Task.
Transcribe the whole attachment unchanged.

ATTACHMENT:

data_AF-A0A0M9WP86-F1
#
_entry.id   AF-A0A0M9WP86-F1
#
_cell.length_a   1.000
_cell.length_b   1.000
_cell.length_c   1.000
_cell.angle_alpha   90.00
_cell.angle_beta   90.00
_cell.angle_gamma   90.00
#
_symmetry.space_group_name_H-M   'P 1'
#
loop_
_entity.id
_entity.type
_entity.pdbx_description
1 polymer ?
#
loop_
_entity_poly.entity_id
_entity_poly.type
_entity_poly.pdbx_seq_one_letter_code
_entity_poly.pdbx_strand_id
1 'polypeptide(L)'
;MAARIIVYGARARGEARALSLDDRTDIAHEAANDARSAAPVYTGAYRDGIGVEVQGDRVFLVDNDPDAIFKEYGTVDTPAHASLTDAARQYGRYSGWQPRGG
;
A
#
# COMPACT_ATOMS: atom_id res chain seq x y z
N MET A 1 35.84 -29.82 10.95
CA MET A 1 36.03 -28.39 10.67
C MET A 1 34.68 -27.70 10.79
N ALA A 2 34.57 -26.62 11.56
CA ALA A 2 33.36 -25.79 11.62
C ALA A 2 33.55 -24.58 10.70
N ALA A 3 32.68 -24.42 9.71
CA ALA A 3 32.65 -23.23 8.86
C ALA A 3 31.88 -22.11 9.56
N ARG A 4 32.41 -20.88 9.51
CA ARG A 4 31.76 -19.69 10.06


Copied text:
data_AF-A0A0M9WP86-F1
#
_entry.id   AF-A0A0M9WP86-F1
#
_cell.length_a   1.000
_cell.length_b   1.000
_cell.length_c   1.000
_cell.angle_alpha   90.00
_cell.angle_beta   90.00
_cell.angle_gamma   90.00
#
_symmetry.space_group_name_H-M   'P 1'
#
loop_
_entity.id
_entity.type
_entity.pdbx_description
1 polymer ?
#
loop_
_entity_poly.entity_id
_entity_poly.type
_entity_poly.pdbx_seq_one_letter_code
_entity_poly.pdbx_strand_id
1 'polypeptide(L)'
;MAARIIVYGARARGEARALSLDDRTDIAHEAANDARSAAPVYTGAYRDGIGVEVQGDRVFLVDNDPDAIFKEYGTVDTPAHASLTDAARQYGRYSGWQPRGG
;
A
#
# COMPACT_ATOMS: atom_id res chain seq x y z
N MET A 1 35.84 -29.82 10.95
CA MET A 1 36.03 -28.39 10.67
C MET A 1 34.68 -27.70 10.79
N ALA A 2 34.57 -26.62 11.56
CA ALA A 2 33.36 -25.79 11.62
C ALA A 2 33.55 -24.58 10.70
N ALA A 3 32.68 -24.42 9.71
CA ALA A 3 32.65 -23.23 8.86
C ALA A 3 31.88 -22.11 9.56
N ARG A 4 32.41 -20.88 9.51
CA ARG A 4 31.76 -19.69 10.06